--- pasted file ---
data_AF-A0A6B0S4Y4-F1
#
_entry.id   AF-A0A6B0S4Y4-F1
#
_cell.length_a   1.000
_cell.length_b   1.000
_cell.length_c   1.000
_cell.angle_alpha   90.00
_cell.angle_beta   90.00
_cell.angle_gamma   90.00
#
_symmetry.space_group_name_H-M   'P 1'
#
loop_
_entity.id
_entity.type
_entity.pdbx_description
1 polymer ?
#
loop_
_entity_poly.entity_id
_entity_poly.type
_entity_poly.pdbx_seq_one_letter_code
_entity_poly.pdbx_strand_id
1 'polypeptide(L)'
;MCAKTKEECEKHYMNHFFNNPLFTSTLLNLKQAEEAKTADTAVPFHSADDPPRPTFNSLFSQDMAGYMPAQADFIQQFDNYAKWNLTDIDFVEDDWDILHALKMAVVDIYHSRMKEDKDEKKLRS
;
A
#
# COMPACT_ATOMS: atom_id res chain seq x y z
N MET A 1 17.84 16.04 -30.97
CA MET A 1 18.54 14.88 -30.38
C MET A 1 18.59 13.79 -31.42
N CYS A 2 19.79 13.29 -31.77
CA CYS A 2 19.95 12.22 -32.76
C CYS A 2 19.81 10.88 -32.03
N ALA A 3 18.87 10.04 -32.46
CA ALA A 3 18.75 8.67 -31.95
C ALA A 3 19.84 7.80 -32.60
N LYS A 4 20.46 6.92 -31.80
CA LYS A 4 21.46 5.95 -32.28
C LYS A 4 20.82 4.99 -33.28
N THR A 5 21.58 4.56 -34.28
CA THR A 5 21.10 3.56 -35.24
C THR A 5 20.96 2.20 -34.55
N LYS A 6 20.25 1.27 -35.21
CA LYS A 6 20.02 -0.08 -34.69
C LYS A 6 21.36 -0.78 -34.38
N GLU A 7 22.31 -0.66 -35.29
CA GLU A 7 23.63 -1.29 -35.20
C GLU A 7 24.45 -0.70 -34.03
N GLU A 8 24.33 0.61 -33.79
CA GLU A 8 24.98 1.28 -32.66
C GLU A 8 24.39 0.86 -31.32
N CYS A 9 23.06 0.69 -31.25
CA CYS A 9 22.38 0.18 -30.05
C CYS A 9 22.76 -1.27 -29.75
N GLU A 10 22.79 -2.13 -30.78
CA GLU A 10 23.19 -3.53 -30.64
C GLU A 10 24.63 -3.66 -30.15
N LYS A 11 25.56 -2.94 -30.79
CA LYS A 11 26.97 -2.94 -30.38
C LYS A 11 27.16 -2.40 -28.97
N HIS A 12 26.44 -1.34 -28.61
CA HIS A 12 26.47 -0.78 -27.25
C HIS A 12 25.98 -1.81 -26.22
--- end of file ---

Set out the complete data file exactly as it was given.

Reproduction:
data_AF-A0A6B0S4Y4-F1
#
_entry.id   AF-A0A6B0S4Y4-F1
#
_cell.length_a   1.000
_cell.length_b   1.000
_cell.length_c   1.000
_cell.angle_alpha   90.00
_cell.angle_beta   90.00
_cell.angle_gamma   90.00
#
_symmetry.space_group_name_H-M   'P 1'
#
loop_
_entity.id
_entity.type
_entity.pdbx_description
1 polymer ?
#
loop_
_entity_poly.entity_id
_entity_poly.type
_entity_poly.pdbx_seq_one_letter_code
_entity_poly.pdbx_strand_id
1 'polypeptide(L)'
;MCAKTKEECEKHYMNHFFNNPLFTSTLLNLKQAEEAKTADTAVPFHSADDPPRPTFNSLFSQDMAGYMPAQADFIQQFDNYAKWNLTDIDFVEDDWDILHALKMAVVDIYHSRMKEDKDEKKLRS
;
A
#
# COMPACT_ATOMS: atom_id res chain seq x y z
N MET A 1 17.84 16.04 -30.97
CA MET A 1 18.54 14.88 -30.38
C MET A 1 18.59 13.79 -31.42
N CYS A 2 19.79 13.29 -31.77
CA CYS A 2 19.95 12.22 -32.76
C CYS A 2 19.81 10.88 -32.03
N ALA A 3 18.87 10.04 -32.46
CA ALA A 3 18.75 8.67 -31.95
C ALA A 3 19.84 7.80 -32.60
N LYS A 4 20.46 6.92 -31.80
CA LYS A 4 21.46 5.95 -32.28
C LYS A 4 20.82 4.99 -33.28
N THR A 5 21.58 4.56 -34.28
CA THR A 5 21.10 3.56 -35.24
C THR A 5 20.96 2.20 -34.55
N LYS A 6 20.25 1.27 -35.21
CA LYS A 6 20.02 -0.08 -34.69
C LYS A 6 21.36 -0.78 -34.38
N GLU A 7 22.31 -0.66 -35.29
CA GLU A 7 23.63 -1.29 -35.20
C GLU A 7 24.45 -0.70 -34.03
N GLU A 8 24.33 0.61 -33.79
CA GLU A 8 24.98 1.28 -32.66
C GLU A 8 24.39 0.86 -31.32
N CYS A 9 23.06 0.69 -31.25
CA CYS A 9 22.38 0.18 -30.05
C CYS A 9 22.76 -1.27 -29.75
N GLU A 10 22.79 -2.13 -30.78
CA GLU A 10 23.19 -3.53 -30.64
C GLU A 10 24.63 -3.66 -30.15
N LYS A 11 25.56 -2.94 -30.79
CA LYS A 11 26.97 -2.94 -30.38
C LYS A 11 27.16 -2.40 -28.97
N HIS A 12 26.44 -1.34 -28.61
CA HIS A 12 26.47 -0.78 -27.25
C HIS A 12 25.98 -1.81 -26.22